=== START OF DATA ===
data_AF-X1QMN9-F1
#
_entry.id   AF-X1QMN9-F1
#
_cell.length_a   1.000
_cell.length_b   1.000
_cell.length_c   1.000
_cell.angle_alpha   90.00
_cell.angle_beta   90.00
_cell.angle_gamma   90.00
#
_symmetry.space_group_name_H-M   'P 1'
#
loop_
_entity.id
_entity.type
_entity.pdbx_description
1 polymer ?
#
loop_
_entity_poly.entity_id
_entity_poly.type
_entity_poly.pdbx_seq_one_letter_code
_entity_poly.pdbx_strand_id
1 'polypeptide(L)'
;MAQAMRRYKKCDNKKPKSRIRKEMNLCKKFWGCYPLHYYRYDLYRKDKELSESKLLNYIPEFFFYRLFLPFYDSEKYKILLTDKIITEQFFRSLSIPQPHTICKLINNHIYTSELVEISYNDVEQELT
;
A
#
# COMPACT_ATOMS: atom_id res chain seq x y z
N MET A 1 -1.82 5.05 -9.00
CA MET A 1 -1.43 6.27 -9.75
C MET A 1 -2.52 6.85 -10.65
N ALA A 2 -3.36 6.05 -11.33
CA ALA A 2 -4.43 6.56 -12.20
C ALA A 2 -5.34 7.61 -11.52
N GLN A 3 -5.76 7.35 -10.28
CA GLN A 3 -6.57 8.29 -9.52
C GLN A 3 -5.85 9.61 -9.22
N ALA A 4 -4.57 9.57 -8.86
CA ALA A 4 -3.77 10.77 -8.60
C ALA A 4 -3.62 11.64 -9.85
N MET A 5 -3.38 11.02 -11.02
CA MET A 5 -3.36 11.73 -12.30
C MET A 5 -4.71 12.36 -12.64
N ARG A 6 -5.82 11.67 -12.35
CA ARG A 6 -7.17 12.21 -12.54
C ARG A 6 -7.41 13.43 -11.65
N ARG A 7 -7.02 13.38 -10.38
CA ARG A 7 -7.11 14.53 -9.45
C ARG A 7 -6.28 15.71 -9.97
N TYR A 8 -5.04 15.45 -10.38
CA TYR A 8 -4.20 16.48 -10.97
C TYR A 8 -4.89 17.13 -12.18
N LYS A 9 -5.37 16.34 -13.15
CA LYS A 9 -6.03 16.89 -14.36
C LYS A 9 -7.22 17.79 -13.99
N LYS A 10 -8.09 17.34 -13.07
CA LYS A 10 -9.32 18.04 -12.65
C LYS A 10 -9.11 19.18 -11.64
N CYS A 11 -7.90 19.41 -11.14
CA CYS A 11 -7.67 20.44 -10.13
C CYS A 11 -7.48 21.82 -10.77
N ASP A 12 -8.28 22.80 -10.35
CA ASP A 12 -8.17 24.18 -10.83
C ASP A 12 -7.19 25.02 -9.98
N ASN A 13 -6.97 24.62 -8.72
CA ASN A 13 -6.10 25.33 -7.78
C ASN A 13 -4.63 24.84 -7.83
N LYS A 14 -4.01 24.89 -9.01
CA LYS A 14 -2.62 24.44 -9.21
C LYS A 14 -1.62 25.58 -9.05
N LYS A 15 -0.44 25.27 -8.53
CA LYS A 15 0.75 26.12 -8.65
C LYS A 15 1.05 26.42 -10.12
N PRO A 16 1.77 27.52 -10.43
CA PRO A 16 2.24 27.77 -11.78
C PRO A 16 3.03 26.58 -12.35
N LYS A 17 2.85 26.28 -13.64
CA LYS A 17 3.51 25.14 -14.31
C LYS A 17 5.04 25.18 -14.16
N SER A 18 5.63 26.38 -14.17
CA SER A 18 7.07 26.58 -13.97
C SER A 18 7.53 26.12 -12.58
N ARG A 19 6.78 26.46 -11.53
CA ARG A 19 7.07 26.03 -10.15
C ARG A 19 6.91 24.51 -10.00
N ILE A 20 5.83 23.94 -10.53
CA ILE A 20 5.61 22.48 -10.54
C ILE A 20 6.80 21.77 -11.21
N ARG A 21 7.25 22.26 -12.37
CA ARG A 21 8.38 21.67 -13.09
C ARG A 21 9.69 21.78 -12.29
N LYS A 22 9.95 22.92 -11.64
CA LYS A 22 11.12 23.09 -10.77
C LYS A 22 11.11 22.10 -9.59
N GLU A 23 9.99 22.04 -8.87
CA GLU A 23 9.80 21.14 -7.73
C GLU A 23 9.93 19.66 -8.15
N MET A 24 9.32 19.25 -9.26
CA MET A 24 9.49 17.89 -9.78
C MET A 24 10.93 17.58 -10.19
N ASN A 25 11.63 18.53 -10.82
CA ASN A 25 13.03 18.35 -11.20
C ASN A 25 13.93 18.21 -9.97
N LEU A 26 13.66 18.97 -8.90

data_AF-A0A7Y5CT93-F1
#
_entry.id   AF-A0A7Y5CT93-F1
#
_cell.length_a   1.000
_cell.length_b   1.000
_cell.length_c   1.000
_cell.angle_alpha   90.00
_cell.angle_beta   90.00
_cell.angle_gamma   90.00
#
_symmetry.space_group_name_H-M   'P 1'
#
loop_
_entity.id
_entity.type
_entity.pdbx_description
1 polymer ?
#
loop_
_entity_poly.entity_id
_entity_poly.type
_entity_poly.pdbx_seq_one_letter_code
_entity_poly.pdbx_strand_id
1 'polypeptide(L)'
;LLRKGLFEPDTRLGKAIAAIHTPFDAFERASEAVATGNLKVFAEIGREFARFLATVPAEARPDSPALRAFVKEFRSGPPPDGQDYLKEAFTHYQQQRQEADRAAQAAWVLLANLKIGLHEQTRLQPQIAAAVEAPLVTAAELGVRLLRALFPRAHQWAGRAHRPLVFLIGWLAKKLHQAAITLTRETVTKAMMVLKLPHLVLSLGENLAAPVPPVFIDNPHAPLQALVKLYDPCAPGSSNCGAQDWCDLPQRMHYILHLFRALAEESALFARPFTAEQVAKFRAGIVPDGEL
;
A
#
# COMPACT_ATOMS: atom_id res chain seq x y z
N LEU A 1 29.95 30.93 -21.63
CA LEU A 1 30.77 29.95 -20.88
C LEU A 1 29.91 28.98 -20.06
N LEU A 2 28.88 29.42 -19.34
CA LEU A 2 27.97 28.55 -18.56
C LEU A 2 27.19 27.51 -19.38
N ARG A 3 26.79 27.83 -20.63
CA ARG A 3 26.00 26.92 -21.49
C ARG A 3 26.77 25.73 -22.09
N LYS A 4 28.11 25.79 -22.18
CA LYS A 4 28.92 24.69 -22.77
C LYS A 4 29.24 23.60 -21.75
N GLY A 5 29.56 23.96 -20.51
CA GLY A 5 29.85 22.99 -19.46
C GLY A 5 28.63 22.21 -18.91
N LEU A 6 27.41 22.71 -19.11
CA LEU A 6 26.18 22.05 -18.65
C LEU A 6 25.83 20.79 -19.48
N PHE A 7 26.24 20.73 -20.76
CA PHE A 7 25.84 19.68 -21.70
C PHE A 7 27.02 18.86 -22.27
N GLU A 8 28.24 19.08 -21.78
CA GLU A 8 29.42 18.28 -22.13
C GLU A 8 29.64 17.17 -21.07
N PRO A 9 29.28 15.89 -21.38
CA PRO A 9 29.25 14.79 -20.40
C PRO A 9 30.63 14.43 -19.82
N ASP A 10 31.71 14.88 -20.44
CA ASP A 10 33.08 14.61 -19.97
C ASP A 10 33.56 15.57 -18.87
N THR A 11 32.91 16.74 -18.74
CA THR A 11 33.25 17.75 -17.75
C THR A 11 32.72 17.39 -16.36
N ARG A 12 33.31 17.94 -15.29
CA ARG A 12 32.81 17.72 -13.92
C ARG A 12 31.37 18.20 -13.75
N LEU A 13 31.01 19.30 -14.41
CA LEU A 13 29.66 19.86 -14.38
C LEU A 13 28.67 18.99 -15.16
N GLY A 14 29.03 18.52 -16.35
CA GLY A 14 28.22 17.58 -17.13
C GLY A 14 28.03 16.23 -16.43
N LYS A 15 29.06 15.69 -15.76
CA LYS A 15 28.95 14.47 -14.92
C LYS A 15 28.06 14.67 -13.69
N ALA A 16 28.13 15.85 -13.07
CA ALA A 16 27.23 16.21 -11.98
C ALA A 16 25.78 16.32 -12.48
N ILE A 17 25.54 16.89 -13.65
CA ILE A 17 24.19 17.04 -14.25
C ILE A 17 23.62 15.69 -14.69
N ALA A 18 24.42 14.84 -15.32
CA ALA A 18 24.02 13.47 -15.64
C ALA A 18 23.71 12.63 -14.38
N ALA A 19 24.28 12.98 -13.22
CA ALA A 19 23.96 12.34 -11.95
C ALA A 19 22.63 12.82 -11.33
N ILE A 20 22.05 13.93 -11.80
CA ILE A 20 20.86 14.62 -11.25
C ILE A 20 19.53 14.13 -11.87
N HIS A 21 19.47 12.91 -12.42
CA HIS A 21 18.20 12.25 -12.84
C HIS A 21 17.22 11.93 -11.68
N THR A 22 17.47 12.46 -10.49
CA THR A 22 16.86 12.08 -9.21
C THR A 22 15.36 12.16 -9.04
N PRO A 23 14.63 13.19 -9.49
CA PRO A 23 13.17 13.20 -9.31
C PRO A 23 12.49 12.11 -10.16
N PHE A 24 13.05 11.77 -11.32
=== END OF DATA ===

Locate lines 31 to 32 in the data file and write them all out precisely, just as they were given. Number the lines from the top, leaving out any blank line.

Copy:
N MET A 1 -1.82 5.05 -9.00
CA MET A 1 -1.43 6.27 -9.75